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The universe is expanding. Not only is it expanding, but it is doing so at an accelerating pace, a phenomenon that is explainable by taking into account dark energy.
It's fine by me that we disagree.

Where most BB expansion-only models fail, in my opinion, is in their lack of explanatory power where the notion of an eternally self-perpetuating physical universe is concerned. From nothing comes nothing; and given the law of conservation, from any physical something, a state of nothingness could never be derived. This means that something physical has always existed (and something physical will always exist). The task, then, is to discover the impetus for its eternal existence. From an expansion-only model in a pluralistic paradigm, the increasing isolation and consequent lack of interactive capability of the physical building blocks of the universe wouldn't bode well for the existence of matter/energy (dark or otherwise) in the far-off future.

One of the pluses of my theory, BTW, is that it eliminates the need to posit some mysterious force in order to explain the apparent expansion of space. In my view, the universe is not being pushed apart ad infinitum by 'dark energy'; it's simply recoiling itself in relation to constant space.
 

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to read your post in a little more detail and do a little research. I don't know why you carry this empty baggage around with you As others have said it doesn't even approach the threshold of a good idea let alone amount to a "theory" And don't try that "My opinion is good as anybody else's". You present no evidence and demonstrate no predictive value to your approach. It is worse than useless-it has cost me 30 minutes of time I will never get back. So do everybody a favor and leave this trash in a dustbin somewhere.
 
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...You present no evidence and demonstrate no predictive value to your approach. ...
What evidence exists to support the key presupposition of expansionists, namely that space cannot possibly be a constant?

Predictive value notwithstanding, the theoretical conflation of time and space isn't evidence; it's become a sort of fundamentalist dogma.

I've presented my approach as more explanatory than predictive for good reason. I'm an amateur philosopher with a 10th grade education, not a science or maths guy, so I really don't know how to formulate predictions. Of course I realize, for many, this amounts to nothing but more reason to dismiss my ideas as the fodder of a bungling ignoramus, and to those people ...I can only offer my warmest welcome to do so.

I do, however, know how to remain true to my preferred philosophical principles (most notably monism); and with those I'll continue my personal quest to understand and describe the reality I perceive, whether anyone else likes it or not.

Thank you, for your 30 minutes. If I could refund them, I would.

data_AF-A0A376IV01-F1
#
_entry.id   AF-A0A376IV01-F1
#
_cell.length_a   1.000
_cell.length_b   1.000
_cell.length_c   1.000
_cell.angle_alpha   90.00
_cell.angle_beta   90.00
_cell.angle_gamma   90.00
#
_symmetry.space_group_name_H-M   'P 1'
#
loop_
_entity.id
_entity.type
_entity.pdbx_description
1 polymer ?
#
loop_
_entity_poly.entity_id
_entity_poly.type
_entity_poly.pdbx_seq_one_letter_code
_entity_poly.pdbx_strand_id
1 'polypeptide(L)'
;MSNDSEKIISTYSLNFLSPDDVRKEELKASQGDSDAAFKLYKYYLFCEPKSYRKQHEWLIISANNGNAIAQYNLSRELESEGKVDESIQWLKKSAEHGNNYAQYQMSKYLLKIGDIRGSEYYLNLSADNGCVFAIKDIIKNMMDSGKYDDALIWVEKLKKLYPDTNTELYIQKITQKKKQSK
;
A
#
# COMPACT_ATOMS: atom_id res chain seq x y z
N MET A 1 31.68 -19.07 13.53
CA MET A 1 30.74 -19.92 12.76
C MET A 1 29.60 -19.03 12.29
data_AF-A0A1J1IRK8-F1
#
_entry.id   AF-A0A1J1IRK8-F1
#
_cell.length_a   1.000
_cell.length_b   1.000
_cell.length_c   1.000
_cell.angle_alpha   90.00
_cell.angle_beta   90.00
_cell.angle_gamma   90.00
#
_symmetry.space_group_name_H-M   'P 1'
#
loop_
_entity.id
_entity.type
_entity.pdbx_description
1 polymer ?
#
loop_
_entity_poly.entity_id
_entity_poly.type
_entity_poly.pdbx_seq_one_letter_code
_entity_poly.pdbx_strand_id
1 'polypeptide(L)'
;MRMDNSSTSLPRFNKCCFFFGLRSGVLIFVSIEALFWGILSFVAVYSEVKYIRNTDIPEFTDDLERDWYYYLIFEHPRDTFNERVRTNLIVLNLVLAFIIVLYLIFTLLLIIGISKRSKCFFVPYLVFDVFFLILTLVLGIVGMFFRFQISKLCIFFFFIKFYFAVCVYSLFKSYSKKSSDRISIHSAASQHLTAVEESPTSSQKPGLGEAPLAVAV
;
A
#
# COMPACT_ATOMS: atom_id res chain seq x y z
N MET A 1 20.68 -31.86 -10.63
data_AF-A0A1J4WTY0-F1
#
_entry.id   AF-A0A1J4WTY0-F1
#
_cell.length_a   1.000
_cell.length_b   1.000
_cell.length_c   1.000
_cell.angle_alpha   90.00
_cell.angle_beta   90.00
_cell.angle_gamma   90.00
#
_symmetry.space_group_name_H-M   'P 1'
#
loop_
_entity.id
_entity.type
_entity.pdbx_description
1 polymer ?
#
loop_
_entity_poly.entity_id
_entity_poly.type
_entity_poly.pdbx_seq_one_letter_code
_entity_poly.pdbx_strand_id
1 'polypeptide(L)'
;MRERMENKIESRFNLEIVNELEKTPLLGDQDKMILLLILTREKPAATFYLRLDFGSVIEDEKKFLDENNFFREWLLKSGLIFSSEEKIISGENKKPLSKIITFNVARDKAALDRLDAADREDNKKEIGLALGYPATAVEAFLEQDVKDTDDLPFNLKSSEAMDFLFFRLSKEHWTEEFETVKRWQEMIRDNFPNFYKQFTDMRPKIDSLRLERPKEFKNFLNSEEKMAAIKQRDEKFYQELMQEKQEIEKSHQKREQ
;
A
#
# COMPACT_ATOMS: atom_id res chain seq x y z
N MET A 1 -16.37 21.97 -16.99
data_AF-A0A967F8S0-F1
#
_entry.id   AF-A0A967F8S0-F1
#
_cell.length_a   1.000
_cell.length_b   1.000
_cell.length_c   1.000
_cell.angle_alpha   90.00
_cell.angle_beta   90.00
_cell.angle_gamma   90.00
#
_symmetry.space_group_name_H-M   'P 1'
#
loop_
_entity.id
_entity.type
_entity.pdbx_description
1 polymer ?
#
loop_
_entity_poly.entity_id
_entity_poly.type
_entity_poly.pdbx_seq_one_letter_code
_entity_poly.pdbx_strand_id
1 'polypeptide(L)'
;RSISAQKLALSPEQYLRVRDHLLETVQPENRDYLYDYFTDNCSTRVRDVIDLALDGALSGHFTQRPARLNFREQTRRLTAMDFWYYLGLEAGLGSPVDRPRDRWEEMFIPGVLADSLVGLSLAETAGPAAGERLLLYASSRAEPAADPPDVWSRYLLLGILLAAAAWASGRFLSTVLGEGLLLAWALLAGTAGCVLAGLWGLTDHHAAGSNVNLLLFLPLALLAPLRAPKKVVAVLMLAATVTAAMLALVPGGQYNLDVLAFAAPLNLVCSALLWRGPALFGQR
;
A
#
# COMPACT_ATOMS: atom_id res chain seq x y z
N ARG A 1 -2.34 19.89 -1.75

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I'm an amateur philosopher with a 10th grade education, not a science or maths guy, so I really don't know how to formulate predictions. Of course I realize, for many, this amounts to nothing but more reason to dismiss my ideas as the fodder of a bungling ignoramus, and to those people ...I can only offer my warmest welcome to do so.

Hey, thanks!
 

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My question is how this fits into to how we live? how we use philosophic ideas and principles to make sense of it all? I agree that the ideas of the universe shown through modern scientific exploration and speculation are interesting. Imagine yourself for a minute in a wayback machine and then consider how the very same universe looked to people of another time? or how it looks today to an uneducated person or to so called primitive cultures?

"The aim of philosophy, abstractly formulated, is to understand how things in the broadest possible sense of the term hang together in the broadest possible sense of the term." Wilfrid Sellars
 

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Forgive me if I am characterizing this theory incorrectly.

But what it seems to be saying is that the univsere isn't expanding, but instead, everything in it is shrinking.



Seems to me that's a distinction without a difference.
 
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My question is how this fits into to how we live? how we use philosophic ideas and principles to make sense of it all? ...
Speaking for myself, I think the high degree of adherence to a single principle that holds sway across the spectrum (in my epistemological, ontological, and even ethical bents) ...is kind of a crutch to compensate for my personal inability to reach a depth of general comprehension that had always otherwise eluded me. The transformation of my thought processes in the early 2000's was thus an almost spiritual enlightenment event.